Detecting danger in gridworlds using Gromov’s Link Condition

Published: 06 Dec 2023, Last Modified: 06 Dec 2023Accepted by TMLREveryoneRevisionsBibTeX
Abstract: Gridworlds have been long-utilised in AI research, particularly in reinforcement learning, as they provide simple yet scalable models for many real-world applications such as robot navigation, emergent behaviour, and operations research. We initiate a study of gridworlds using the mathematical framework of reconfigurable systems and state complexes due to Abrams, Ghrist & Peterson. State complexes, a higher-dimensional analogue of state graphs, represent all possible configurations of a system as a single geometric space, thus making them conducive to study using geometric, topological, or combinatorial methods. The main contribution of this work is a modification to the original Abrams, Ghrist & Peterson setup which we introduce to capture agent braiding and thereby more naturally represent the topology of gridworlds. With this modification, the state complexes may exhibit geometric defects (failure of Gromov's Link Condition). Serendipitously, we discover these failures for agent-only cases occur exactly where undesirable or dangerous states appear in the gridworld. Our results therefore provide a novel method for seeking guaranteed safety limitations in discrete task environments with single or multiple agents, and offer useful safety information (in geometric and topological forms) for incorporation in or analysis of machine learning systems. More broadly, our work introduces tools from geometric group theory and combinatorics to the AI community and demonstrates a proof-of-concept for this geometric viewpoint of the task domain through the example of simple environments.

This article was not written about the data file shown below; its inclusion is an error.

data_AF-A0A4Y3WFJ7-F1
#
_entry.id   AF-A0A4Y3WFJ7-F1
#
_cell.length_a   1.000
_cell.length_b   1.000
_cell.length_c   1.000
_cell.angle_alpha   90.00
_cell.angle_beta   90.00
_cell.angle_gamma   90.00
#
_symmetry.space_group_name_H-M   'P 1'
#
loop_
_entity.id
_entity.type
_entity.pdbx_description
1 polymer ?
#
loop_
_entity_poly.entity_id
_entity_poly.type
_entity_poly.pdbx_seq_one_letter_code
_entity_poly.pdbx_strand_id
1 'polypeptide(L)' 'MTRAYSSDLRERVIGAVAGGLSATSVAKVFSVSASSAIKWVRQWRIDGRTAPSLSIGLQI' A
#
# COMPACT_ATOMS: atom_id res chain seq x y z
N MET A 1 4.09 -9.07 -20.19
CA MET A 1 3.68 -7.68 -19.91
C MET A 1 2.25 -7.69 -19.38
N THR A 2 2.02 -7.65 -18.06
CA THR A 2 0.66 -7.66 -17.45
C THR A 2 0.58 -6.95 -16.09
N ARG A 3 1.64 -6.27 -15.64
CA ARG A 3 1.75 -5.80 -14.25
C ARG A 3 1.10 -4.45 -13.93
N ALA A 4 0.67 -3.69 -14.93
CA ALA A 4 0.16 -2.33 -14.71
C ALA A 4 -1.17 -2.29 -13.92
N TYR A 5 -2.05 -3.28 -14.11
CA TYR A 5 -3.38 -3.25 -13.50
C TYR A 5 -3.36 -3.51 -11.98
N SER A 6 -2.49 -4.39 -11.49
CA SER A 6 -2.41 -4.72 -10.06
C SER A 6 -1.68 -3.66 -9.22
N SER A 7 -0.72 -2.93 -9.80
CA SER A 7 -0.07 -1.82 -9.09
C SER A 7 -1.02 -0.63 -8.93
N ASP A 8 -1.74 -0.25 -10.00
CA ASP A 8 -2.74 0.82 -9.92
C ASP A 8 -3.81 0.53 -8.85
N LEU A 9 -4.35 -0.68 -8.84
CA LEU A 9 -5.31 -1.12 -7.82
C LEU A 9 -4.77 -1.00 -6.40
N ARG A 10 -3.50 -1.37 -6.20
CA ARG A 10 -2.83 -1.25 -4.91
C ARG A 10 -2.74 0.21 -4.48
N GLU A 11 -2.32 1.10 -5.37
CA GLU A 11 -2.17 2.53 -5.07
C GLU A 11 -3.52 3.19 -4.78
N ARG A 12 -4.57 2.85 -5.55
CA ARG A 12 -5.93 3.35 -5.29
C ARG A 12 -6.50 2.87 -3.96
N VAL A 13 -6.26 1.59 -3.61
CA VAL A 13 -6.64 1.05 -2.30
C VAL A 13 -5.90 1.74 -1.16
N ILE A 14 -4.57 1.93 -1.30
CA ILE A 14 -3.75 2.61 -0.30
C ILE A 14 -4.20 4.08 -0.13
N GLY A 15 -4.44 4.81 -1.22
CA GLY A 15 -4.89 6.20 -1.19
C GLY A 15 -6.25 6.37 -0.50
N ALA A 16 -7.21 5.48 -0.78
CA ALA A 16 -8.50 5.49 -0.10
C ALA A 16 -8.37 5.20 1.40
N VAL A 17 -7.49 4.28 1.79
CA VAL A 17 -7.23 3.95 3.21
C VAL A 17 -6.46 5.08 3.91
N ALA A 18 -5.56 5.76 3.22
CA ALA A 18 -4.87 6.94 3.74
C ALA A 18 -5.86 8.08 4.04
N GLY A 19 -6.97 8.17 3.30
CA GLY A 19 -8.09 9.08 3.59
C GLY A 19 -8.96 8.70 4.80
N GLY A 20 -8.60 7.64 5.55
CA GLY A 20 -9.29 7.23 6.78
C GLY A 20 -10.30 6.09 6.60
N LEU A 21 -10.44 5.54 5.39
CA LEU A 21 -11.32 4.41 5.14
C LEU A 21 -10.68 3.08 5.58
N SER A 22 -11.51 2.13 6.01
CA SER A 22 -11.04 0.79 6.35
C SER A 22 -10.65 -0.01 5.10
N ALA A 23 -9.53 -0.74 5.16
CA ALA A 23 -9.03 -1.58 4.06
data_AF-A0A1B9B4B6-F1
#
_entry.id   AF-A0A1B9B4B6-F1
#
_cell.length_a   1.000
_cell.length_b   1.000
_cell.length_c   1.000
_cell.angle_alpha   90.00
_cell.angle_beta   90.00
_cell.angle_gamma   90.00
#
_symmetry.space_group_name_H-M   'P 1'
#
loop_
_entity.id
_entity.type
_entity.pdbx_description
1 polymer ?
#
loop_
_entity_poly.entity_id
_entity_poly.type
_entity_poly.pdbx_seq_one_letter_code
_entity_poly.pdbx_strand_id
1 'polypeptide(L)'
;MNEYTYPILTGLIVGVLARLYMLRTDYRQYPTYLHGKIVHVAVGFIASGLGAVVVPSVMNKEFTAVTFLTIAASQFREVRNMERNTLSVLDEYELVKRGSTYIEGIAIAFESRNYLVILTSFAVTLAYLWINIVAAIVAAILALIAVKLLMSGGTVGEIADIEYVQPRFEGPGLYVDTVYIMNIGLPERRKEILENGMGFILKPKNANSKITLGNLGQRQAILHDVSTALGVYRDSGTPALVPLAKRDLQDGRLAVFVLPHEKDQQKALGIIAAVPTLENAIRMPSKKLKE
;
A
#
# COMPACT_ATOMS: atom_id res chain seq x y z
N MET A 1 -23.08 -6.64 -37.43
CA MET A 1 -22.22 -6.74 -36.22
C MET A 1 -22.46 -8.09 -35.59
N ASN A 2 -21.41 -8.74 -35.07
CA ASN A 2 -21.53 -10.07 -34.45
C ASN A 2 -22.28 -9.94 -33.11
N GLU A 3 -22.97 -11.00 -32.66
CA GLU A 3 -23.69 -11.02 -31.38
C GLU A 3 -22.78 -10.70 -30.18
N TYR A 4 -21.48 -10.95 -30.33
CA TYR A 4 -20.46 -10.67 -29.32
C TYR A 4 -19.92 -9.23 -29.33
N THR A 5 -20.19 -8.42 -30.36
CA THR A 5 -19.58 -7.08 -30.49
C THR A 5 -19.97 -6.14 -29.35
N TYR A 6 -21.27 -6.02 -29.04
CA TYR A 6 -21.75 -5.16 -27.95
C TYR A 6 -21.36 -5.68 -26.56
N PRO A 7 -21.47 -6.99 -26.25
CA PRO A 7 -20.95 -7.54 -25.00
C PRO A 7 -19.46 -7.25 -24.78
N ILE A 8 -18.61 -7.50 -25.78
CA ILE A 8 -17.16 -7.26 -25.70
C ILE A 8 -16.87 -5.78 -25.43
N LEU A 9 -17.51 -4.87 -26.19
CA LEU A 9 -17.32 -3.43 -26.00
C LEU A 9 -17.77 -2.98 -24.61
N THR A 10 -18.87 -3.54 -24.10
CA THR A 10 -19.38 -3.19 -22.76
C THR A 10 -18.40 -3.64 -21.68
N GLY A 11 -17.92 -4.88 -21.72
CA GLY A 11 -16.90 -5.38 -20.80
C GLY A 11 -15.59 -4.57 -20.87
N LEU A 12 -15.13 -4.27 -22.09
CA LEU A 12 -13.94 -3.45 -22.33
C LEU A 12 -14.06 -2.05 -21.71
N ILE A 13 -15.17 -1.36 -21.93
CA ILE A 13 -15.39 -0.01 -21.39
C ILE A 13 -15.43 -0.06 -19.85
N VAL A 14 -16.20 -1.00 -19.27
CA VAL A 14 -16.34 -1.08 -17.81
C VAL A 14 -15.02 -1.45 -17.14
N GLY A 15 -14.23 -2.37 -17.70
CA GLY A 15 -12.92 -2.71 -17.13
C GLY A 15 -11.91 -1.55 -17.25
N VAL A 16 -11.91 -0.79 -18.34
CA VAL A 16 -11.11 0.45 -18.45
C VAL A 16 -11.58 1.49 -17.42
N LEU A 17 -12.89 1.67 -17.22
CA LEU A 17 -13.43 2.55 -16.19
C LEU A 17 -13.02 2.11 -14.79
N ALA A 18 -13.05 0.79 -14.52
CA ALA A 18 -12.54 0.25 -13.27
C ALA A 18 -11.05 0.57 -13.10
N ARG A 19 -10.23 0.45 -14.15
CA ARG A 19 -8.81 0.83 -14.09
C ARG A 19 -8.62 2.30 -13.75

Submission Length: Long submission (more than 12 pages of main content)
Changes Since Last Submission: Following-up from our planned changes, we have: 1. Added discussion of prior work on state graphs (added paragraph 2 and modified the final paragraph of the introduction) and emphasised the distinction between graphs vs. complexes in the abstract and introduction. 2. Modified sentences in the introduction and abstract to make it clearer to readers that our proof is for the agent-only case. 3. Added footnote 1 (in Definition 2.2) to explain the notation. Added footnote 3 in the beginning of Section 4 to justify and explain why we limited the study to connected state complexes. 4. Added paragraph 5 in Section 4 to describe how the dances capture the notion of ‘spatially commuting’ moves. (We chose not to add a discussion of ‘temporally commuting’ to Section 2 as it made more sense to mention it here.) Slightly reworded the first sentence of the next paragraph. 5. Added Remark 4.2 to explain why we chose to fill in squares for dances instead of simply adding edges for diagonal moves. 6. Added Remark 5.1 to explain that the terms ‘NPC’ and ‘locally CAT(0)’ are synonymous. Also explained that the stronger CAT(0) property does not hold in general for state complexes (as it further requires simple connectedness). 7. Added paragraph in Section 5 (two paragraphs above Theorem 5.2) to further explicate the connection between links and collision avoidance. Slightly reworded first sentence of following paragraph. 8. Added paragraph in Section 6 (two paragraphs below Remark 6.1) to quantify the reduction in computational workload in computing links due to the main theorem. 9. Cited and discussed all papers suggested by Reviewer 2GJX in the introduction and/or discussion sections.
Supplementary Material: zip
Assigned Action Editor: ~Jeff_Phillips1
License: Creative Commons Attribution 4.0 International (CC BY 4.0)
Submission Number: 1416